Under the new Semi-Annual Channel for Windows 10, the difference between the functional equivalents of CB and CBB was at first vague. But, along with the full availability of Windows 10 Fall Creators Update (1709), Microsoft clarified that CB would be translated to Semi-Annual Channel (Targeted). This is what all home users and most small-business corporate pro users get. CBB translated into a choice to manually defer the update until Microsoft announced the full availability (which is within four months).

Now you know why Semi-Annual Channel gets nuanced under the Windows 10 realm. But, the story doesn’t end there—as you’ll soon read.

Extending Semi-Annual Channel Beyond Windows 10

In June 2017, Microsoft announced that Windows Server was joining the Semi-Annual Channel (SAC) cadence to deliver updates at a faster pace. In October 2017, right around the time Windows 10 Fall Creators Update was released, Windows Server made their first Semi-Annual Channel version (1709) available to customers.

The difference between Windows 10 SAC and Windows Server SAC is an important thing to note here. Unlike Windows 10, Windows Server Semi-Annual Channel releases are not an update to the existing OS. Instead, it is more of a fresh install. For instance, if you want to move from SAC version 1709 to 1803, you will have to run a clean install of 1803. Earlier in the blog, I mentioned that Microsoft committed to the alignment of service models for Windows 10, Office 365 Pro Plus, and System. On February 8, 2018, Microsoft announced (and later made) the first Semi-Annual Channel version of System Center (1801) available.


It is important to note that even though SAC is the general terminology used for updates and version releases across the various products categories, there are differences in the support policies. For example, Office 365 Pro Plus SAC update is only supported for 14 months, while Windows 10, Windows Server, and System Center SAC releases are generally supported for 18 months.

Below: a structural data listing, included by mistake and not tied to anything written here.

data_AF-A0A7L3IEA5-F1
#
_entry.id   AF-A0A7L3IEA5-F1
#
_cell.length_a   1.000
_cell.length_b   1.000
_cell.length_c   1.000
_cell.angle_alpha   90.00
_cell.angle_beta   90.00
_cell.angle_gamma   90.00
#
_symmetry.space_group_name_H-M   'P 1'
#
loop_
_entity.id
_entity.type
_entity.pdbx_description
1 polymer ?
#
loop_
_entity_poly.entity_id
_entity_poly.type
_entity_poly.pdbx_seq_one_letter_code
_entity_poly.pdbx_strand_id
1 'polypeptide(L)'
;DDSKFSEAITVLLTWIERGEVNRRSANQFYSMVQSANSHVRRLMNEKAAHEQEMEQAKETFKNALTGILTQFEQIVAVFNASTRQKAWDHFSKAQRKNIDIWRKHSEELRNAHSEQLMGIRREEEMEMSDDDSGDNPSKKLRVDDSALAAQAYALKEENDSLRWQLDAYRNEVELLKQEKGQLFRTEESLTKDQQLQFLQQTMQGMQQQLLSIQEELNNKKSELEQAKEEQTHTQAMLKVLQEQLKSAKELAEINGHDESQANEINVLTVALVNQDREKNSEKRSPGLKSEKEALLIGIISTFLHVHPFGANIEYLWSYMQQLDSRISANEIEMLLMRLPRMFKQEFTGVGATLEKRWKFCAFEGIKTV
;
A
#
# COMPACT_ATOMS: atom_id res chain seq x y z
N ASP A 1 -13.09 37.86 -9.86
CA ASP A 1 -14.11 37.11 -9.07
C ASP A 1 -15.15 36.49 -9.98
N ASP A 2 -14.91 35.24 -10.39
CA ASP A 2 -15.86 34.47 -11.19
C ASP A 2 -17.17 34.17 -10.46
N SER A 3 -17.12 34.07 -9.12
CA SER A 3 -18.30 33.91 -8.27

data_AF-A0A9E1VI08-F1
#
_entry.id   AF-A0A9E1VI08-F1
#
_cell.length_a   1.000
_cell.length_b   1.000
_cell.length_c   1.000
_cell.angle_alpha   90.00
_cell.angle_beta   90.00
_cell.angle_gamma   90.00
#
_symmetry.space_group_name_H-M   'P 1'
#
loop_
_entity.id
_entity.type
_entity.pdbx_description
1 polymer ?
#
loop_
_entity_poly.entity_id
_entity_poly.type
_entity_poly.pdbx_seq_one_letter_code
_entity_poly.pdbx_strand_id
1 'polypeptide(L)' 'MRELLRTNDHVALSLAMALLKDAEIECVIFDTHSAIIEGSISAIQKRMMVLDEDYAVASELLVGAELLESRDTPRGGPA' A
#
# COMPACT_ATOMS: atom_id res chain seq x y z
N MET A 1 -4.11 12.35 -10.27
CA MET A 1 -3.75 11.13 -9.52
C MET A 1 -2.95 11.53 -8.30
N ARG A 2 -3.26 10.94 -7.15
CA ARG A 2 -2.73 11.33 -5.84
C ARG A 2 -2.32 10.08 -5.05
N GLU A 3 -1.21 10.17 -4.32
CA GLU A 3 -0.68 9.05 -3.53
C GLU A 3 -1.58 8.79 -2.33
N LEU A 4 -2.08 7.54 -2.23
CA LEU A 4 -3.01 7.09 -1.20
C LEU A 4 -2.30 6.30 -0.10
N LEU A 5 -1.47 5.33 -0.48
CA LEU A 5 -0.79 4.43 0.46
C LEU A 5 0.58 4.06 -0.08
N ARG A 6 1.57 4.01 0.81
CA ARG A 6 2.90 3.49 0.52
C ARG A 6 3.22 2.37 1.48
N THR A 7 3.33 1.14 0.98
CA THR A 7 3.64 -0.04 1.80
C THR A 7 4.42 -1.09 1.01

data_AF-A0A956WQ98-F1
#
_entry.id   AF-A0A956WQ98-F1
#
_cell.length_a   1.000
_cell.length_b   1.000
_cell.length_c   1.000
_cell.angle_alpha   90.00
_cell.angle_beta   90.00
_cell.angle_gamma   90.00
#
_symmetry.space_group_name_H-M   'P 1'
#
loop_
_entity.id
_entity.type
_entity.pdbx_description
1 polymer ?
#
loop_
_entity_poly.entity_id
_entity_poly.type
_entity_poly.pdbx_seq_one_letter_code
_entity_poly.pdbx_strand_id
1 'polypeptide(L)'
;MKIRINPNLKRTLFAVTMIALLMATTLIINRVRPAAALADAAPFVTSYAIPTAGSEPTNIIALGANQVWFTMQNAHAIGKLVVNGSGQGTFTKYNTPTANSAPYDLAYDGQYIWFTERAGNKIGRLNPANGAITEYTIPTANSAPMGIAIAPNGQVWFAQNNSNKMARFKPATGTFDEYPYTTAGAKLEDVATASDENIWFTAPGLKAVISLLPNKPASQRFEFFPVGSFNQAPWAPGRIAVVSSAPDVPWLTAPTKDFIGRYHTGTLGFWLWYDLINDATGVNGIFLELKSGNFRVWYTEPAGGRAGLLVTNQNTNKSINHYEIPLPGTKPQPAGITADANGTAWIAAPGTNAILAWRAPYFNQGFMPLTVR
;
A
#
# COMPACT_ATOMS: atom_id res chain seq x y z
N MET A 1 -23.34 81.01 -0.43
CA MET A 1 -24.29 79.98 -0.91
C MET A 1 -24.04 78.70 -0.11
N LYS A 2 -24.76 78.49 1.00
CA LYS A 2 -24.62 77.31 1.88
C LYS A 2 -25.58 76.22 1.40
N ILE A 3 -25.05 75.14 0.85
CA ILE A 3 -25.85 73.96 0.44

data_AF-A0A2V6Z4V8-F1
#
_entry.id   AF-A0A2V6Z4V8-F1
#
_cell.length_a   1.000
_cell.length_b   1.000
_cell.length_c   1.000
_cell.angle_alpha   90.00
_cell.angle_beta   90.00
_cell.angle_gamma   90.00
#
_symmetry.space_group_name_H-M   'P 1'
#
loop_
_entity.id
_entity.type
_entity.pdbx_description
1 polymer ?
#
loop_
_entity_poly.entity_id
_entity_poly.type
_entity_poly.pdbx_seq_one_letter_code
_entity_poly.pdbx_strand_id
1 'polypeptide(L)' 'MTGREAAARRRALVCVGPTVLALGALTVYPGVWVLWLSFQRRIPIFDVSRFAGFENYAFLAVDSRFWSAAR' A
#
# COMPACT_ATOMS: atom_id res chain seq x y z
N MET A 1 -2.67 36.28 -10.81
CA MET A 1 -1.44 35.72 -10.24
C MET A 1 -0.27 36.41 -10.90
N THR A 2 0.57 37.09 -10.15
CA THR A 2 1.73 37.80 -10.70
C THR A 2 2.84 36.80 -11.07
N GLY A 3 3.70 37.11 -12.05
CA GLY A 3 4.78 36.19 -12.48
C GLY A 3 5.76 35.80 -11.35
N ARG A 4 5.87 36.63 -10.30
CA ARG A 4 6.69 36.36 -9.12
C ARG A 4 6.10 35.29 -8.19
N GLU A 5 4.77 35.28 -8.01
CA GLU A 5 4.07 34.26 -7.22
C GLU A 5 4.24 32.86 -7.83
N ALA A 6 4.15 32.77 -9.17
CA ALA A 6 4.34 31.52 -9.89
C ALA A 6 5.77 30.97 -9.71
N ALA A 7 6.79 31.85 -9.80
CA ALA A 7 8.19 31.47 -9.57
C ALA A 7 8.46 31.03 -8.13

Also, Microsoft announced six more months of Support Extension for the last four Feature Updates of Windows 10. Worth noting is that Microsoft also runs a Long-Term Servicing Channel (LTSC)—formerly known as Long Term Servicing Branch, or LTSB—for Windows 10, Windows Server, and System Center. An LTSC release happens every three years or so, and it comes with five years of regular support plus five additional years of extended support. You can read more about the extension here.

Leave a comment or reach out to us if you would like to learn more about the role that Volume Licensing and Software Assurance play when it comes to Microsoft Servicing and Support. The experts at Connection are always happy to help!

Sreeraj Vasukuttan is a Technical Marketing Manager at Connection with a passion for technology and marketing. He enjoys writing about cloud, security, and end-user compute. In his free time, he loves watching films, cooking, and traveling with his family.

3 thoughts on “Explaining Microsoft’s Semi-Annual Channel for Time Travelers from 2016!”